Who I amOur topic of discussion: when you’re on the board of an ensemble, isn’t every board member a leader?
Ensemble theatre, new plays, embedded in Capital HillRevenue plateau, expect fixed costs to rise
5th season—we’re at a crossroads with big decisions to make
After speaking with the ensemble, you all (our Advisory Board), management colleagues, and experts in the field, this is the proposed processWhat I’m looking for from you: critical feedback and discussion
Last three are biggest decisions to makeOther priorities?Different order?
Other qualities?How many artists on the board?
The intersection of our current networkHow far outside of these communities should we look?
Is this realistic, given our time constraints?Who should be working on cultivation & recruitment?
This is why I was attracted to WETDoes this distinguish us from other board opportunities?How compelling is this prospect?
A longer-term perspectiveWhen/how do we begin to incorporate this into cultivation & recruitment?
Where are potential stumbling blocksWhat am I missing?
My Research: Fellow Network of Ensemble Theatres’ Members
1. Identifying Future Board Leaders<br />a theatre in transition<br />
2. The basics: Washington Ensemble Theatre<br />We intend for our theatre to be a physical and creative intersection for community and artists in Seattle, by fostering a love of theatre&apos;s humanity, utility, and vitality. <br />49 seat Little Theatre<br />9 ensemble members<br />actors, directors, designers, stage managers<br />Associate Members & Guests: managers, playwrights<br />Annual Budget: $100,000 per year<br />$50K ticket sales<br />$40K contributed<br />$10K rental income<br />
3. The Little Theatre That Could<br />Inspired by a 2002 University of Washington MFA class project by Jon Jory. <br />In 2003, 14 (recently graduated) founding ensemble members renovate the Little Theatre in Seattle’s Capital Hill neighborhood from a movie theatre to a stage theatre. <br />2004’s inaugural season of 4 new plays is a smash (critical) success.<br />By 2010, only 1 founding ensemble member remains + no more subsidized rent =<br />critical juncture.<br />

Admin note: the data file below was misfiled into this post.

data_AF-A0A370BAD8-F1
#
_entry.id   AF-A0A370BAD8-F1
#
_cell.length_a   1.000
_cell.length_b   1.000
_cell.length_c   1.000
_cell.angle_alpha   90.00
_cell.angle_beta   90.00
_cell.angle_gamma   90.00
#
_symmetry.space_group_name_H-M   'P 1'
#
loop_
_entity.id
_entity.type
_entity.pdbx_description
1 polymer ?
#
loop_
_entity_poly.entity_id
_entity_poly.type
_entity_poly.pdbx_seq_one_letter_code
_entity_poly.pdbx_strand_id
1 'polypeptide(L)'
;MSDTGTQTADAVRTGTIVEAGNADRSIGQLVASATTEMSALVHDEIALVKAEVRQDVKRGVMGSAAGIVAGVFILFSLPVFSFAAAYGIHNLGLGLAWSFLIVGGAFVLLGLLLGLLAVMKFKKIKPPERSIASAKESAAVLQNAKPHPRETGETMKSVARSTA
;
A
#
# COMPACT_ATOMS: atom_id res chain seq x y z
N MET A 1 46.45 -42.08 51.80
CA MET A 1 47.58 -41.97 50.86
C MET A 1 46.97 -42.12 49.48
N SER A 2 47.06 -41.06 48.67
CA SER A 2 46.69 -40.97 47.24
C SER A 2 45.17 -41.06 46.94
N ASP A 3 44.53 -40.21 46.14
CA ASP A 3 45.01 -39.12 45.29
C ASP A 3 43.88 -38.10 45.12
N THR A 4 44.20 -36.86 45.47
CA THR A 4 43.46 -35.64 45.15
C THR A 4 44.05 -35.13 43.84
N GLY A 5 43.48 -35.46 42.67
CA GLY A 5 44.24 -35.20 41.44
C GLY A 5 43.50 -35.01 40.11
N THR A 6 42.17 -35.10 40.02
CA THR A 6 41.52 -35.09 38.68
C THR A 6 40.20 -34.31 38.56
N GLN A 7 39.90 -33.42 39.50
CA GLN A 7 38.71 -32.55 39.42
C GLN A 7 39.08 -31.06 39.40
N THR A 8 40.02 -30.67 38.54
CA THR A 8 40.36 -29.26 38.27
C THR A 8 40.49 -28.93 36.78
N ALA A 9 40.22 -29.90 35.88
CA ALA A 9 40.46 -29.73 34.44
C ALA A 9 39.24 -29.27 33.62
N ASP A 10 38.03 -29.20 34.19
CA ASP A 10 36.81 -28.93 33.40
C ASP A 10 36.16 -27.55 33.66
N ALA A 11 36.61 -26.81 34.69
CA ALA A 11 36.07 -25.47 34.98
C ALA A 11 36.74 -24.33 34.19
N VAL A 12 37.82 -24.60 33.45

4. Process<br />The ensemble should<br />
5. WET’s Strategic Priorities<br />
6. Ideal Board Members<br />Demonstrated enthusiasm for WET<br />
7. Identifying Leaders<br />
8. A Timeline for Implementation<br />
9. The Pitch<br />
10. Down the Road<br />
11. Risk Factors<br />
12. Benchmarking Peers<br />
13. Cornerstone<br />Los Angeles, CA (Geoff Korf)<br />Mission: community engagement<br />History<br />1986-91: itinerant <br />1992: settled in LA, commissioned by other theatres<br />12 Board members<br />3 Lawyers, <br />3 ensemble members, <br />3 Managers: arts, nonprofit, Hollywood<br />2 artists<br />1 banker<br />
14. SITI Company<br />New York, NY (Anne Bogart)<br />Mission: new work, physical training, international collaboration<br />History<br />Founded 1992 <br />Summer training + year around producing<br />10 Board members<br />4 ensemble members<br />2 Arts manager<br />Consultant (Board Pres)<br />Lawyer<br />Architect<br />
15. A Red Orchid Theatre<br />Chicago, IL (Kay Perdue)<br />Mission: new plays/artistic rigor/social compassion<br />History<br />Founded 1993 in 80 seat (renovated) theatre<br />2004: first 3 production season<br />6 Board members<br />2 lawyers<br />Entrepreneur<br />CEO<br />Corporate strategy consultant<br />Firefighter<br />
16. Rude Mechanicals<br />Austin, TX (Nicole Del Giudice)<br />Mission: collaboration, socially conscious work, mentor young artists, alliances with other artists<br />Founded in 1995, tours off-Broadway<br />6 Artistic Directors, 30 member ensemble<br />10 member Board<br />President: local CDO<br />VP: local arts manager<br />Treasurer: entrepreneur<br />Secretary: UT faculty<br />Members: 2 entrepreneurs, 3 UT faculty, arts mgr<br />12 member Advisory Council<br />